ST. LOUIS — The experiences of dozens of Missourians are showing the impact of the disorganization at the city tow lot, described in a St. Louis City comptroller’s audit released this week.
For Louise Schneider in Jefferson County, it was the loss of her dream car.
“It was one I had always wanted, and you don't find them every day,” Schneider told the I-Team. “I hadn't titled it yet. It wasn't even 30 days that I had this car and it was taken.”
Larry Lacavich lost the tool he needed to run his business when his truck went to the city tow lot.
“That was my main bread and butter,” said Lacavich. “It was already paid for.”
Both vehicles were stolen, and then they were recovered in St. Louis City. Police sent the cars to the city tow lot.
City ordinances say the tow lot will notify the owner of any car they receive. Then, the owner can pick up a recovered stolen car for free within 72 hours. If the car stays on the lot for 30 days, the city can auction it off.
Neither Schneider nor Lacavich would ever get their cars back.
Schneider said she didn’t even know the city tow lot had her car until three days before the city auctioned it off.
“I was never contacted or anything about the car,” Schneider said. “I come to find out that they actually contacted the previous owner of the vehicle.”
She said that the tow lot employees considered her 72 hours to pick up the car to be long past, and her car was set to go to auction.
“When I had contacted them, it was already up to, I believe it was eight hundred or nine hundred dollars to get it out,” said Schneider. “They auctioned it off for $750.”
Todd Waelterman, director of operations for the city of St. Louis, said when possible, the tow lot works to reunite auto theft victims with their property. In Schneider’s case, he said, they did what the law required.
“We didn't send it to the wrong party. We sent a note to a registered owner, OK, at the time, and that's what the state statute says to do,” Waelterman said.
Lacavich tried to retrieve his truck just 48 hours after he received notice.
“Called them Monday evening, and we just said we'll go Wednesday,” he said. “They said, 'Oh, the white F-250. Oh, that's getting auctioned off on such and such date right now.’ They already had it on the board that quick.”
When Lacavich tried to retrieve the truck, he had everything the city ordinances say an owner needs to get a vehicle out of the tow lot. Tow lot employees disagreed.
“I had the original title signed over to us by the used car lot. And it was notarized. A notarized bill of sale from the used car lot that we purchased the truck from,” said Lacavich.
To complicate things, Lacavich had also not yet registered his vehicle in his name.
“I'm bad about doing stuff like that. I'll be honest. The penalty shouldn't be, you know, losing your car. I lost it to somebody else, not to the state, that the taxes were owed to,” he said.
City ordinance 17.56.190 says that a vehicle owner needs to bring proof of their identity, proof they own the car, and proof that any traffic or parking fines or summons have been cleared up in order to get their vehicle out of the lot. It does not mention that the vehicle must be registered or that the owner must be in possession of valid registration.
Waelterman pointed to the city ordinance describing how victims of car theft can recover their cars within 72 hours for free, which specifies that the “registered owner” may retrieve the vehicle.
“People nowadays, you can make any document up you want to build a sale. It's easy to, you know, phony a seal on it,” Waelterman said. “We deal with millions of dollars for the vehicles, every year, so we in the state feel strongly that the registered owner is documented by title action.”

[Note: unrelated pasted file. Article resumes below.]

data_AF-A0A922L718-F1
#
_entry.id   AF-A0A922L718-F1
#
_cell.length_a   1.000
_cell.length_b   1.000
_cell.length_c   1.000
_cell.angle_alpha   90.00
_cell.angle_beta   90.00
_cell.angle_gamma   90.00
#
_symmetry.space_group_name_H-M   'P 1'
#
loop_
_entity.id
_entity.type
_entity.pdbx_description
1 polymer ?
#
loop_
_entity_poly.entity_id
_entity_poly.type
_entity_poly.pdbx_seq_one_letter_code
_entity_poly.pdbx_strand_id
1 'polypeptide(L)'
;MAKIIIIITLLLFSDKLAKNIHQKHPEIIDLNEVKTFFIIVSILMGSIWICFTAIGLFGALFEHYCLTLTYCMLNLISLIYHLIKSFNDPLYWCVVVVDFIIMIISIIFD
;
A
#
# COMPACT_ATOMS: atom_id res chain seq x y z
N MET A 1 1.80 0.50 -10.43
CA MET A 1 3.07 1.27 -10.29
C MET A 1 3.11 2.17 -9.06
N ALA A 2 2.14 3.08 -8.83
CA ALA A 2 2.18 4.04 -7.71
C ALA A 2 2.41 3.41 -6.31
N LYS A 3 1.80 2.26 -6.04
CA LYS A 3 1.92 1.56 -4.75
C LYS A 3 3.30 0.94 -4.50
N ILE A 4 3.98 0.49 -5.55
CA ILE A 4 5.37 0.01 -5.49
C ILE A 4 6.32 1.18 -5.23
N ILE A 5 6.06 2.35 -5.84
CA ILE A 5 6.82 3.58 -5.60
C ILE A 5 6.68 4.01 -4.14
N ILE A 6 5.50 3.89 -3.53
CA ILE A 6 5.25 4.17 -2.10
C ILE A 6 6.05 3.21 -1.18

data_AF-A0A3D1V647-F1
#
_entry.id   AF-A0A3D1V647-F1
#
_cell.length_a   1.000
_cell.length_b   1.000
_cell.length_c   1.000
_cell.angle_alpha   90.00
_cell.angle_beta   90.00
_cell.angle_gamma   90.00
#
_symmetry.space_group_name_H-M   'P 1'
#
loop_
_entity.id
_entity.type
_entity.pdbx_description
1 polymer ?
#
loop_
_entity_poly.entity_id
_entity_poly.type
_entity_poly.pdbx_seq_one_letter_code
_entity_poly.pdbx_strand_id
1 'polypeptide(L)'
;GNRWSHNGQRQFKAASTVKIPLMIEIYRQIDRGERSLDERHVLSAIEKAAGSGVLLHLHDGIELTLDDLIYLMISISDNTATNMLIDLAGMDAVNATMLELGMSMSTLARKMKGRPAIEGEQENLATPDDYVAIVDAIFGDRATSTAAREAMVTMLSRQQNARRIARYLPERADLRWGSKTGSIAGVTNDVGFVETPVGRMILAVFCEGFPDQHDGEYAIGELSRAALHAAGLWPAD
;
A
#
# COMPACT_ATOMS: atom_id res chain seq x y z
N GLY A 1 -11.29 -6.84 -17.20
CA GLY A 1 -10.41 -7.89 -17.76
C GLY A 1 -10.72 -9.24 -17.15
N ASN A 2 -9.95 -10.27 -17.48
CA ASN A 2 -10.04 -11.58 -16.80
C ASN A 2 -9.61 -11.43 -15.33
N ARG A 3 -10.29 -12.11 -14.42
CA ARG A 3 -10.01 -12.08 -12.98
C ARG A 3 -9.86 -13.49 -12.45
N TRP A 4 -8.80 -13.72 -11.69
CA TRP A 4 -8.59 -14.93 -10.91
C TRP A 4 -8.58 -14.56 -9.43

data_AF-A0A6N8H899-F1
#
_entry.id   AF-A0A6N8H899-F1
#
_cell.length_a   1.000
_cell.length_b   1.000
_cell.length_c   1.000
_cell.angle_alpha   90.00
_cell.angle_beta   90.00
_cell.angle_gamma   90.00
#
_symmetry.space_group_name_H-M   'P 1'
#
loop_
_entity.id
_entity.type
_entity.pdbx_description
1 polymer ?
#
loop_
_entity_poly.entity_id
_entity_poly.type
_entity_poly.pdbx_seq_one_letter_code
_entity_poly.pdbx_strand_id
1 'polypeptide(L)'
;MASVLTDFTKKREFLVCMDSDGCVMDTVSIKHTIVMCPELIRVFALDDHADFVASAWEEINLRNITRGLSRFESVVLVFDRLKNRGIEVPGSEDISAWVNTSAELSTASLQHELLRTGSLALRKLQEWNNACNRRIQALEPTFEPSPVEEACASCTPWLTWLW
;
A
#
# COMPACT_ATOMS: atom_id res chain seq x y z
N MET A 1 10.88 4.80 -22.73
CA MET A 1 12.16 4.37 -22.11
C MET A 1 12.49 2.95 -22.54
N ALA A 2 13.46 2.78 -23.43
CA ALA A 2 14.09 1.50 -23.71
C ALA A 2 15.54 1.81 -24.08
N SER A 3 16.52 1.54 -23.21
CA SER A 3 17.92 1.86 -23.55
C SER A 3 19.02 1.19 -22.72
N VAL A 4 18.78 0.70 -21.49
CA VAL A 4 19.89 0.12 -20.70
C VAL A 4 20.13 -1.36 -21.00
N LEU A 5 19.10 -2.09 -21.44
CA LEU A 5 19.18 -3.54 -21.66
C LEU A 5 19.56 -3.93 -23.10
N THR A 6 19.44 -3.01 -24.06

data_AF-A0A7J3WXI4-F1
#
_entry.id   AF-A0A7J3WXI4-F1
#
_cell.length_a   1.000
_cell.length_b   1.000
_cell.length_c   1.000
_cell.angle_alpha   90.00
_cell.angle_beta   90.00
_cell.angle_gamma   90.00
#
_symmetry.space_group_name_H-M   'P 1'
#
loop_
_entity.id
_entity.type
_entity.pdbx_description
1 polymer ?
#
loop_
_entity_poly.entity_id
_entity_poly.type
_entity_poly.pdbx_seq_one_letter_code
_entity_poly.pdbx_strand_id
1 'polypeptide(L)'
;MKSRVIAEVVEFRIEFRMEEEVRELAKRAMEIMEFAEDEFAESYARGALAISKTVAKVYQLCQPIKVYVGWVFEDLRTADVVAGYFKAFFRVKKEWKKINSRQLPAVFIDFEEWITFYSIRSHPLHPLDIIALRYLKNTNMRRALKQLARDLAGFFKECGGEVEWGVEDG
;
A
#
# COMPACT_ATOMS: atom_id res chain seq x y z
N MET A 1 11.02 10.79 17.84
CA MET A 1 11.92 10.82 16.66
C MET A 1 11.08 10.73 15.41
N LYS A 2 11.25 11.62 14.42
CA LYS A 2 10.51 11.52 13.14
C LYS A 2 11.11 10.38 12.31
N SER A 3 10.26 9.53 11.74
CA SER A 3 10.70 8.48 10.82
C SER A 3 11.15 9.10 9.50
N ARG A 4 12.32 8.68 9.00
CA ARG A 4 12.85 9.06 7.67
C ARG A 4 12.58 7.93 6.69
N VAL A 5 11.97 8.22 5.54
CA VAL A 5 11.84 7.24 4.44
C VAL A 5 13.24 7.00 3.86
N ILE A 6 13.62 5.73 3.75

“Why do they get it? They stole it,” Lacavich said.
Schneider felt the same way after her car was auctioned off:
“I would like everybody to know that what happened, it was crooked and it was wrong.”
Waelterman believes the solution lies in state legislation that would charge car buyers their sales tax and plating fees before taking possession of the car. Missouri legislators have attempted to pass legislation to that effect dozens of times before.
“Put it in the bill of sale and do it all at once,” said Waelterman. “That would really help this whole registration deal.”
In the comptroller’s audit of more than two years of documentation at the Auto Towing & Storage division, an auditor discovered several problems that affect auto theft victims directly.
The special review audit, prompted by tips to the city’s fraud hotline, found that 82% of vehicles brought to the lot with a police hold “did not have the proper documentation to be correctly processed.”
A police hold applies to towed vehicles that were recovered after being reported stolen, giving police the opportunity to process the car for evidence. The audit stated that mistakes in the documentation included missing paperwork, “forgetting” to record holds or releases, and information entered incorrectly into recordkeeping systems.
The audit adds that incorrect documentation means recovered vehicles could be lost on the lot or sit indefinitely because vehicles with police holds and no release cannot be auctioned off or returned to their owners.
“I'm a single mom of three boys, and that was the only vehicle I had,” Schneider told 5 On Your Side. “It was heartbreaking.”
Lacavich is still reckoning with the cost of getting another truck. “To replace it, it would probably be, as clean as it was, probably close to seven thousand dollars,” he said.
When asked about the impact of reported police holds recordkeeping issues at the city tow lot, the St. Louis Metropolitan Police Department wrote, “The department is not responsible for administrative processes at City Towing.”
The suspect accused of stealing Schneider’s car faces a tampering first charge in Jefferson County for the theft.